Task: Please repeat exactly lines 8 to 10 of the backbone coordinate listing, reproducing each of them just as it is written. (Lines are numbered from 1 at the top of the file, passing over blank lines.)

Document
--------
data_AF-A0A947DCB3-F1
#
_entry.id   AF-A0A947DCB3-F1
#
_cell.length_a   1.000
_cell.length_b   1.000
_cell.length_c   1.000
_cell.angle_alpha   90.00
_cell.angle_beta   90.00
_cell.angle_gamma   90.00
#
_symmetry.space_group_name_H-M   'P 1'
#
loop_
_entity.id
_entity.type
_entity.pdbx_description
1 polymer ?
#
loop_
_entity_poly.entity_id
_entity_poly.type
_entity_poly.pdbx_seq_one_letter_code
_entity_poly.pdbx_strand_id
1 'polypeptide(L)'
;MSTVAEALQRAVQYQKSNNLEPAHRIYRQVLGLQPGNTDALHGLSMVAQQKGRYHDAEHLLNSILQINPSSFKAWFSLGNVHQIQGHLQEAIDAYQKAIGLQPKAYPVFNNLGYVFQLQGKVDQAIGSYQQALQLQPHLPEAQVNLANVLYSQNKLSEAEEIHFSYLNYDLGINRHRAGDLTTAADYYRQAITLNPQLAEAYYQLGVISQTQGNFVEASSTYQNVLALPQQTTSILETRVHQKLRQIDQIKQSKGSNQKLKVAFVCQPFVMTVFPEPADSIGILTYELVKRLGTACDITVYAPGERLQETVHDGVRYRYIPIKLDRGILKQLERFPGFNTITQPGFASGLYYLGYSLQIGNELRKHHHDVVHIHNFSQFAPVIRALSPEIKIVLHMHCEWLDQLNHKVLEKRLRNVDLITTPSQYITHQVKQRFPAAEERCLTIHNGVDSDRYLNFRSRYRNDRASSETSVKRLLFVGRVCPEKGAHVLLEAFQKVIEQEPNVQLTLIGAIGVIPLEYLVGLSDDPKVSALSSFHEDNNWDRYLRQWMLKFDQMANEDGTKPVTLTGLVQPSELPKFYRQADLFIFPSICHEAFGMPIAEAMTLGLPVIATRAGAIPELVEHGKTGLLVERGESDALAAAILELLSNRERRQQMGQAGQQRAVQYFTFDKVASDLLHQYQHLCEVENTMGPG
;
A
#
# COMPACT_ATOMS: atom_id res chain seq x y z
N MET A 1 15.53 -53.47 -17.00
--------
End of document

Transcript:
_cell.angle_alpha   90.00
_cell.angle_beta   90.00
_cell.angle_gamma   90.00